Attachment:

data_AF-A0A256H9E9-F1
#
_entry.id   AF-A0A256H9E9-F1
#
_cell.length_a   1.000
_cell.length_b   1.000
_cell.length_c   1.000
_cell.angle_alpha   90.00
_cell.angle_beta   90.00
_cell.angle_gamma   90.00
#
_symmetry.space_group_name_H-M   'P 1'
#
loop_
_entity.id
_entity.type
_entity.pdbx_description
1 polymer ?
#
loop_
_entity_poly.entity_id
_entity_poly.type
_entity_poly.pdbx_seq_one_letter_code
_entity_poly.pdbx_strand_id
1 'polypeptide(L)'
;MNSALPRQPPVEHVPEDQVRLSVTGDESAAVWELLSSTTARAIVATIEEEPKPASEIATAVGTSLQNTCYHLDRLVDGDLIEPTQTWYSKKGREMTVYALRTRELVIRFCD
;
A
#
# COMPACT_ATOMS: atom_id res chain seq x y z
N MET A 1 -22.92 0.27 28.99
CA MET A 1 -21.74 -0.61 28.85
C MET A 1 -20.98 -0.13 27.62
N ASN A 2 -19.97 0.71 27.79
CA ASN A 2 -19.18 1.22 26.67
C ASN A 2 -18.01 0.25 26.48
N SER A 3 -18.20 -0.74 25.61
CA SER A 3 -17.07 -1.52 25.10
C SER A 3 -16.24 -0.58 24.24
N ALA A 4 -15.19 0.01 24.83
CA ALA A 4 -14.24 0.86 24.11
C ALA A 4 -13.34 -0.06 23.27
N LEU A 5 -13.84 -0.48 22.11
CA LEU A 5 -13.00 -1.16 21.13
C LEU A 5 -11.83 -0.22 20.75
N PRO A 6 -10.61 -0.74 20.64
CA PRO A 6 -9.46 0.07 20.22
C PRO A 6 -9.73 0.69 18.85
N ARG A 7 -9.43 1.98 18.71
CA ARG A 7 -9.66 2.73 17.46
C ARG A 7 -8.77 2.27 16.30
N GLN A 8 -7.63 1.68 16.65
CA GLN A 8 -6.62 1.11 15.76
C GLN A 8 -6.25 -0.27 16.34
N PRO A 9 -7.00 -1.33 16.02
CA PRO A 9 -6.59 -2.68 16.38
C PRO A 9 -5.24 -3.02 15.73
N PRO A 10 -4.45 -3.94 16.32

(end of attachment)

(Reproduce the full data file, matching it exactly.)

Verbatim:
data_AF-A0A256H9E9-F1
#
_entry.id   AF-A0A256H9E9-F1
#
_cell.length_a   1.000
_cell.length_b   1.000
_cell.length_c   1.000
_cell.angle_alpha   90.00
_cell.angle_beta   90.00
_cell.angle_gamma   90.00
#
_symmetry.space_group_name_H-M   'P 1'
#
loop_
_entity.id
_entity.type
_entity.pdbx_description
1 polymer ?
#
loop_
_entity_poly.entity_id
_entity_poly.type
_entity_poly.pdbx_seq_one_letter_code
_entity_poly.pdbx_strand_id
1 'polypeptide(L)'
;MNSALPRQPPVEHVPEDQVRLSVTGDESAAVWELLSSTTARAIVATIEEEPKPASEIATAVGTSLQNTCYHLDRLVDGDLIEPTQTWYSKKGREMTVYALRTRELVIRFCD
;
A
#
# COMPACT_ATOMS: atom_id res chain seq x y z
N MET A 1 -22.92 0.27 28.99
CA MET A 1 -21.74 -0.61 28.85
C MET A 1 -20.98 -0.13 27.62
N ASN A 2 -19.97 0.71 27.79
CA ASN A 2 -19.18 1.22 26.67
C ASN A 2 -18.01 0.25 26.48
N SER A 3 -18.20 -0.74 25.61
CA SER A 3 -17.07 -1.52 25.10
C SER A 3 -16.24 -0.58 24.24
N ALA A 4 -15.19 0.01 24.83
CA ALA A 4 -14.24 0.86 24.11
C ALA A 4 -13.34 -0.06 23.27
N LEU A 5 -13.84 -0.48 22.11
CA LEU A 5 -13.00 -1.16 21.13
C LEU A 5 -11.83 -0.22 20.75
N PRO A 6 -10.61 -0.74 20.64
CA PRO A 6 -9.46 0.07 20.22
C PRO A 6 -9.73 0.69 18.85
N ARG A 7 -9.43 1.98 18.71
CA ARG A 7 -9.66 2.73 17.46
C ARG A 7 -8.77 2.27 16.30
N GLN A 8 -7.63 1.68 16.65
CA GLN A 8 -6.62 1.11 15.76
C GLN A 8 -6.25 -0.27 16.34
N PRO A 9 -7.00 -1.33 16.02
CA PRO A 9 -6.59 -2.68 16.38
C PRO A 9 -5.24 -3.02 15.73
N PRO A 10 -4.45 -3.94 16.32